7.5 Frontal impacts on carbon dioxide concentrations at a forested site in the Virginia Blue Ridge Mountains

Tuesday, 31 August 2010: 2:30 PM
Alpine Ballroom A (Resort at Squaw Creek)
Temple Lee, Univ. of Virginia, Charlottesville, VA; and S. DeWekker

Mountains have long been known to impact frontal structure and associated mesoscale dynamics. Frontal interactions with the Rocky Mountains and European Alps have been well-studied because of a dense network of monitoring stations. However, such a network does not exist within the Appalachian Mountains. Thus, studies of frontal impacts with the Appalachians have been limited to large-scale climatological and modeling studies, which have shown that the Appalachians have a significant influence on fronts. The strength of this impact is unclear and is important to understanding how passive tracers, such as carbon dioxide, are transported.

To help describe how fronts are affected by the Appalachian Mountains, we will use meteorological data, as well as measurements of carbon dioxide concentration, collected from a mountaintop site in the Virginia Blue Ridge Mountains, located along the eastern flank of the Appalachians. Cold fronts will be identified during a 1-year period between 1 September 2008 and 31 August 2009 using two different criteria: 1) temporal changes in in-situ meteorological observations of temperature and pressure, and 2) spatial changes in 850mb equivalent potential temperature gradients using the North American Regional Reanalyses (NARR). Using these criteria, the number of identified cold front passages was 36 and 37, respectively.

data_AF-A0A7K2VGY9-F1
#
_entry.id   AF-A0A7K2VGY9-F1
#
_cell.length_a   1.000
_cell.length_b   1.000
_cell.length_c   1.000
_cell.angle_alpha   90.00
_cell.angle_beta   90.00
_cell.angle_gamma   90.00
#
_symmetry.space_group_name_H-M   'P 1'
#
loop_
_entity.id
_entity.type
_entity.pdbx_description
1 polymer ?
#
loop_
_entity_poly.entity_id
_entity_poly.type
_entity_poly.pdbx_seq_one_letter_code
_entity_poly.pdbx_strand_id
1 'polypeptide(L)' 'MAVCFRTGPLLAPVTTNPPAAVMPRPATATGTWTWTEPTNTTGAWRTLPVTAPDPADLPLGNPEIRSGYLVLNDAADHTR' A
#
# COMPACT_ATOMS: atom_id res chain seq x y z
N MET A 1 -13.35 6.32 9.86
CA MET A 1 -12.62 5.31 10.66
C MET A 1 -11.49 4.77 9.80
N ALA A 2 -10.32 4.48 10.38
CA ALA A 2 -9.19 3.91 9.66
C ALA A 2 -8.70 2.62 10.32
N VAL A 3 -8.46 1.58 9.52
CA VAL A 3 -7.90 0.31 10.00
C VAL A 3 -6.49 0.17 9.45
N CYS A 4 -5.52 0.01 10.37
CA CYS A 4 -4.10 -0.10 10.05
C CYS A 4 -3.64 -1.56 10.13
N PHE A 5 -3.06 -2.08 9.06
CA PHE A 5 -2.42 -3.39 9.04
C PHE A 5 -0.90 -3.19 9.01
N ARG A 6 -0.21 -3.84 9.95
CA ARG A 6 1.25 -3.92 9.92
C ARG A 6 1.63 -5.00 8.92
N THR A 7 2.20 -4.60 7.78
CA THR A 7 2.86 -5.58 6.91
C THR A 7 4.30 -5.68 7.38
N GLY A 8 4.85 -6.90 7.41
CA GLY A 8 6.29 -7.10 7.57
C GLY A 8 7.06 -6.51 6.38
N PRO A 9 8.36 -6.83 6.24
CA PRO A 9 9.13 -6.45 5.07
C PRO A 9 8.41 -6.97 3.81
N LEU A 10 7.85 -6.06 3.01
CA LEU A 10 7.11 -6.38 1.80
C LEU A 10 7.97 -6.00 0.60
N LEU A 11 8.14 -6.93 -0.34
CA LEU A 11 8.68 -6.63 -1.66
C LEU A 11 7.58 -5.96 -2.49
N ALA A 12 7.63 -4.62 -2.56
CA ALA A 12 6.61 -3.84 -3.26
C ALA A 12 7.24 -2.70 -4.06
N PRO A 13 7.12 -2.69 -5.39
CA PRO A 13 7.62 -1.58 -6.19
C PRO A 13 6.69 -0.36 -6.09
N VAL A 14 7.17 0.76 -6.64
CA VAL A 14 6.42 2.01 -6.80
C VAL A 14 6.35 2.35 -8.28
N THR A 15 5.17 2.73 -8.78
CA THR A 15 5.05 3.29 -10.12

The interaction of fronts with the Appalachian Mountains may affect the carbon dioxide concentration footprint of the mountaintop location, which we will seek to understand using a backward trajectory model (the Hybrid Single Particle Lagrangian Integrated Trajectory (HYSPLIT) model) and a NOAA-derived global carbon-tracking model (CarbonTracker). By using these models, we show that we can improve our understanding of transport and mixing processes associated with frontal passages in mountains and their effect on the observed carbon dioxide concentrations on mountaintop locations.

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